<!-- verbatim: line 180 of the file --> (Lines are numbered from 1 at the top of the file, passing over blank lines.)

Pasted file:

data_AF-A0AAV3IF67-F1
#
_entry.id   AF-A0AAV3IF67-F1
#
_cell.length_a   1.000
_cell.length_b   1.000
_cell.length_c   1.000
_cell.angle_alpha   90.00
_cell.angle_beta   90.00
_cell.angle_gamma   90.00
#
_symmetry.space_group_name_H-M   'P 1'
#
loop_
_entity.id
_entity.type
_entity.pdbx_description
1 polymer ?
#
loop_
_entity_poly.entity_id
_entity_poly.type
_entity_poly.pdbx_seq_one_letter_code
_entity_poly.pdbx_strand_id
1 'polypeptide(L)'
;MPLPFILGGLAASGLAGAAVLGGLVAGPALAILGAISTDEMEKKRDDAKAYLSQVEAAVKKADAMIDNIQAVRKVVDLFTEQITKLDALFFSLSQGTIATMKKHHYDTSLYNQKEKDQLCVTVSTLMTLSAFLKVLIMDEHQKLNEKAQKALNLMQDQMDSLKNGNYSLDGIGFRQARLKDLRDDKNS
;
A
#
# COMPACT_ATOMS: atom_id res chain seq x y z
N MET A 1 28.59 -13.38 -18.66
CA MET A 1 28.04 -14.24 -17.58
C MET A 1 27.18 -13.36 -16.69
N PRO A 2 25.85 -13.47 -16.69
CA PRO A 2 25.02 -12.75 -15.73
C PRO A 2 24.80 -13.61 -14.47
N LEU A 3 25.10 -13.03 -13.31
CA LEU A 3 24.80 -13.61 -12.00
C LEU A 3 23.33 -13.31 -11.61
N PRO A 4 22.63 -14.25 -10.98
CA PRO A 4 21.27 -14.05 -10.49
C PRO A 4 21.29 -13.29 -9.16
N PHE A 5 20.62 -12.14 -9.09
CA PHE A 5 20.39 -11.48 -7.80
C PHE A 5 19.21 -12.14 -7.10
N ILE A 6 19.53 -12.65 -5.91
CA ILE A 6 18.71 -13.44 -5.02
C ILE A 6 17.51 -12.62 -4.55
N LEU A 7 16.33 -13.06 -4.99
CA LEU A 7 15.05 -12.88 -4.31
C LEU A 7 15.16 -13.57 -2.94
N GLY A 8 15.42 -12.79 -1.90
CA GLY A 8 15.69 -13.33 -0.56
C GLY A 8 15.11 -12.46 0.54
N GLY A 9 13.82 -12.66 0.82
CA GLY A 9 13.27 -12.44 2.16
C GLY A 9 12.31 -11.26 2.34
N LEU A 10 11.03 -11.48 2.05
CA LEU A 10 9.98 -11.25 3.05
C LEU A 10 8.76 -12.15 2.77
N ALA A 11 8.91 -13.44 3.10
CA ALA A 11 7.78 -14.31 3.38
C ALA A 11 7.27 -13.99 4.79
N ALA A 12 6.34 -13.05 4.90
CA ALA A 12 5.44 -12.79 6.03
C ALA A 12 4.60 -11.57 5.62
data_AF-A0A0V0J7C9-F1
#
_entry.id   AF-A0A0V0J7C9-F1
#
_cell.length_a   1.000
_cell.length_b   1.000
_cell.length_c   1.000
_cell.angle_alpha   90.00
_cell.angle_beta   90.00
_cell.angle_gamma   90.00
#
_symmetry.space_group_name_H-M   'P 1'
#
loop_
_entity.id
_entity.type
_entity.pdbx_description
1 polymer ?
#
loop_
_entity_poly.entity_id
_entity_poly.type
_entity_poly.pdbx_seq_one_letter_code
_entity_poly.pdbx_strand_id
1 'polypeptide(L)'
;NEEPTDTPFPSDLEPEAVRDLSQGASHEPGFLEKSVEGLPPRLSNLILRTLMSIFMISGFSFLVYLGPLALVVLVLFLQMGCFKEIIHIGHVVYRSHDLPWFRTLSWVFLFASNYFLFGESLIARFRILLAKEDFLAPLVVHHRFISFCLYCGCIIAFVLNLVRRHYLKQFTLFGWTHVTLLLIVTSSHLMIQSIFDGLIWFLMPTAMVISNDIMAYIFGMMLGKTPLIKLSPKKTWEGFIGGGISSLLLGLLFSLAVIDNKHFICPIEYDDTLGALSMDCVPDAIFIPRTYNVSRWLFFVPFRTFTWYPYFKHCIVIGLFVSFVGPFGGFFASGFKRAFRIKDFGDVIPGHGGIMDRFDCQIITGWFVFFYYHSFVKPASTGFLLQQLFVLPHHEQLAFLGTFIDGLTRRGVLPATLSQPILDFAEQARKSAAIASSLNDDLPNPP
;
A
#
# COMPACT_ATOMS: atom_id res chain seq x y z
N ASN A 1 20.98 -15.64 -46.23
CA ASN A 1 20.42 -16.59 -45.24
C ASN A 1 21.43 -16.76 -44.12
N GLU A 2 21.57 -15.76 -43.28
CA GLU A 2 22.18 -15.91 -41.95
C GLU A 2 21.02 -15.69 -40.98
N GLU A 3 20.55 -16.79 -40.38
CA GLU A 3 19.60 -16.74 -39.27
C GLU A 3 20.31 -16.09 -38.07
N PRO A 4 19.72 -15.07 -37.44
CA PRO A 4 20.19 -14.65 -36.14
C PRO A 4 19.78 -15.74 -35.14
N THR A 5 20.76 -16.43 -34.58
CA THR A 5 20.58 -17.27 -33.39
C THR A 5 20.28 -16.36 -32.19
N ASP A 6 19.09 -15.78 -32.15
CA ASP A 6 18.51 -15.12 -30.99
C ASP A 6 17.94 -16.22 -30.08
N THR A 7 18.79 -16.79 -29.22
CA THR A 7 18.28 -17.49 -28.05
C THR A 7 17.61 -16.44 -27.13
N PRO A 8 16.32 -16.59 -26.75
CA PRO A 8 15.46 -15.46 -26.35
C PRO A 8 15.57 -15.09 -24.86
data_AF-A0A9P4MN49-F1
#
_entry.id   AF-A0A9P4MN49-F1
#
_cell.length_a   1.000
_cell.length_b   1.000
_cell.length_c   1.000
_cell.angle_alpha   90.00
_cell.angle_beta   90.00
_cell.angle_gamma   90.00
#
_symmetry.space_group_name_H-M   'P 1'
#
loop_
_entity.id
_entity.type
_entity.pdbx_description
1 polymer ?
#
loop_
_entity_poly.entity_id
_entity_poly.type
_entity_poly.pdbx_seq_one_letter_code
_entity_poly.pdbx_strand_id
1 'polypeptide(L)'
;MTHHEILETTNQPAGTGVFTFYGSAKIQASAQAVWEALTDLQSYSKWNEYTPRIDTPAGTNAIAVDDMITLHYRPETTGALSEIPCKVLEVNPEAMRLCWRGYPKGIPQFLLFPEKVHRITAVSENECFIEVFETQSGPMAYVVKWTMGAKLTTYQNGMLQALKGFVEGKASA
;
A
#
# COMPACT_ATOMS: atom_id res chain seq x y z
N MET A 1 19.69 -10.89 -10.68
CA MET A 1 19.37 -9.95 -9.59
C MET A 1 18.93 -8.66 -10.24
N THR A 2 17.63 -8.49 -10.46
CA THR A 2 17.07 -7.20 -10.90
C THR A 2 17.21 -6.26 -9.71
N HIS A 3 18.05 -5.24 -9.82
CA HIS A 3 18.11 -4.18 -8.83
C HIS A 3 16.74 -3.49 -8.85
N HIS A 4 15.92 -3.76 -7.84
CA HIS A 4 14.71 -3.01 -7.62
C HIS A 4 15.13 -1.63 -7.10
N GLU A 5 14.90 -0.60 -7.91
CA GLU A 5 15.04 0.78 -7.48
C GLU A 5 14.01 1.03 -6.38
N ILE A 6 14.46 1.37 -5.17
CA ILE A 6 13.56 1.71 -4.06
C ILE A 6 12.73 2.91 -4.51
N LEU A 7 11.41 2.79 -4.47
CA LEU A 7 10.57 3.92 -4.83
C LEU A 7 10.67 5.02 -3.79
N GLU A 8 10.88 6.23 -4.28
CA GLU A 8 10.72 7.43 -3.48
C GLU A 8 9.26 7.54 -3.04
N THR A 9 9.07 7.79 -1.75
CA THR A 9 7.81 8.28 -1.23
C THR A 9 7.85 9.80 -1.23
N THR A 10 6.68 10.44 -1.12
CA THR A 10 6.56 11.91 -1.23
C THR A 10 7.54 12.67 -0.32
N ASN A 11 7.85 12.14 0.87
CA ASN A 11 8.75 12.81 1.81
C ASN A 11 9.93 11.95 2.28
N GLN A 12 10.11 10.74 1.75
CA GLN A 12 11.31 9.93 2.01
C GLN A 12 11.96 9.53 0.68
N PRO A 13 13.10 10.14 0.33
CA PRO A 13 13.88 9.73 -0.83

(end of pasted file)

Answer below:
C THR A 10 7.54 12.67 -0.32